World No. 1 Rafael Nadal made it to the fourth round of Wimbledon with a four-set victory over Mikhail Kukushkin under a closed roof on Centre Court. Maria Sharapova also won as play resumed after a rain delay.
Playing in the third round for the first time since 2011, Spain’s Nadal lost the opening set for a third match in succession, before easing to a 6-7 (4-7), 6-1, 6-1, 6-1 win against the No. 63 from Kazakhstan in two hours, 33 minutes.
“At the beginning he was playing very long, making no mistakes, very aggressive,” French Open champion Nadal, 28, said in a televised post-match interview. “I made a few unforced errors. In the tiebreak I didn’t serve my best.”
Play resumed on outside courts just before 6 p.m. local time after more than six hours of play was lost because of rain.
Seven-time winner Roger Federer is playing Colombian Santiago Giraldo on Centre Court, which has been covered by a retractable roof since 2009.
Nadal, whose career has been interrupted by injuries, said he’s in good physical condition even though he slipped on the first point of the match.
“In the first week the court’s a little bit more slippery than in the second week,” he said. “The important thing is that I finished all the matches better than I started.”
Kukushkin hit 17 winners to Nadal’s 11 in a 55-minute first set which he took on a tiebreak. From that moment he was unable to cope with the two-time champion’s power and accuracy. Nadal ended up hitting 41 winners to his opponent’s 32.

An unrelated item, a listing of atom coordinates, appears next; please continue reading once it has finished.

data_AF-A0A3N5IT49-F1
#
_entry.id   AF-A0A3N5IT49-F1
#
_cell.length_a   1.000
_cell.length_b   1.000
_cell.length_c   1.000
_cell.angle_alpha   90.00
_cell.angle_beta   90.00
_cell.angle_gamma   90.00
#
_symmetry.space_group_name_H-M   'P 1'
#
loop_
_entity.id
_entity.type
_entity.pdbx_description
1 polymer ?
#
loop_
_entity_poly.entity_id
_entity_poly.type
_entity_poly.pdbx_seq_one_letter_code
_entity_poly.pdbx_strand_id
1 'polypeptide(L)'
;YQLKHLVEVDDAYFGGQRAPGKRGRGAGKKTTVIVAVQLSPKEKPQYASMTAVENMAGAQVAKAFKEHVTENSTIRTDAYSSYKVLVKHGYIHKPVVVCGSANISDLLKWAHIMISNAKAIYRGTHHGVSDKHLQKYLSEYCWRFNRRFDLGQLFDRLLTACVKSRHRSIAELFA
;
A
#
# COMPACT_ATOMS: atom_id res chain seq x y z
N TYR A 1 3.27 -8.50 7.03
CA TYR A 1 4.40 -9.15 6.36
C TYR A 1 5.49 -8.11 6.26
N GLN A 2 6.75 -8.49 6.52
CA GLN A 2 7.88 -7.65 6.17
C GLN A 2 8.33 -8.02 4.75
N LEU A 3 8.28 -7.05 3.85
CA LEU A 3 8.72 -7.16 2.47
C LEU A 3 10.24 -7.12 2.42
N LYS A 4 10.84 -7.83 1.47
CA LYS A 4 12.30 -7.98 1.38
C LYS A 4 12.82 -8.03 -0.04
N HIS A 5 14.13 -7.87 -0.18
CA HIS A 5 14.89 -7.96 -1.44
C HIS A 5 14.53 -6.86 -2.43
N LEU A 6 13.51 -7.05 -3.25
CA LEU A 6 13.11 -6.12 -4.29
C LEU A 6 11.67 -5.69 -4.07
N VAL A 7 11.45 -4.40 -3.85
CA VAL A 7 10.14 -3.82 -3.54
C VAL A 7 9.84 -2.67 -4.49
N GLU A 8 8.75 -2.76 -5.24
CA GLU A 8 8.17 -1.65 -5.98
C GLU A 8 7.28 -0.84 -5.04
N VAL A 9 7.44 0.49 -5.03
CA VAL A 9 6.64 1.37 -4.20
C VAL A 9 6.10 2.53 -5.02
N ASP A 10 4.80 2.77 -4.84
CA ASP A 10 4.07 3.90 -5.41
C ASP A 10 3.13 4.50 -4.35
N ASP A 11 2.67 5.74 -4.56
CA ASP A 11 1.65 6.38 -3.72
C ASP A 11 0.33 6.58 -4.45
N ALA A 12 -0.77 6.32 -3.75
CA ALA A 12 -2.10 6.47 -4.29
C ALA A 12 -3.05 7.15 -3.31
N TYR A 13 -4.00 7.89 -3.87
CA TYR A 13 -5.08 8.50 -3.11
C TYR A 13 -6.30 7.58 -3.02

Bidding for a 15th Grand Slam, Nadal is on course for a possible final against world No. 2 Novak Djokovic. It would be his fourth straight appearance in a tennis Grand Slam final.
Djokovic of Serbia won his third-round match yesterday, overcoming a painful fall on his left shoulder. An ultrasound showed no significant damage, Djokovic later told reporters.
Fifth-seed Sharapova, who won Wimbledon a decade ago as a 17-year-old, beat American Alison Riske 6-3, 6-0 to book her spot in the last 16. Riske, ranked No. 44, won the first two games before being out-grunted and out-hit by the six-foot, two-inch (1.88 meters) Russian.
Sharapova is in good form after winning the French Open this month, her fifth Grand Slam singles title. In her three matches at this year’s Wimbledon she’s only conceded seven games.
“I had a little bit of a slow start, but otherwise I’m happy,” Sharapova told the British Broadcasting Corp. after her win.
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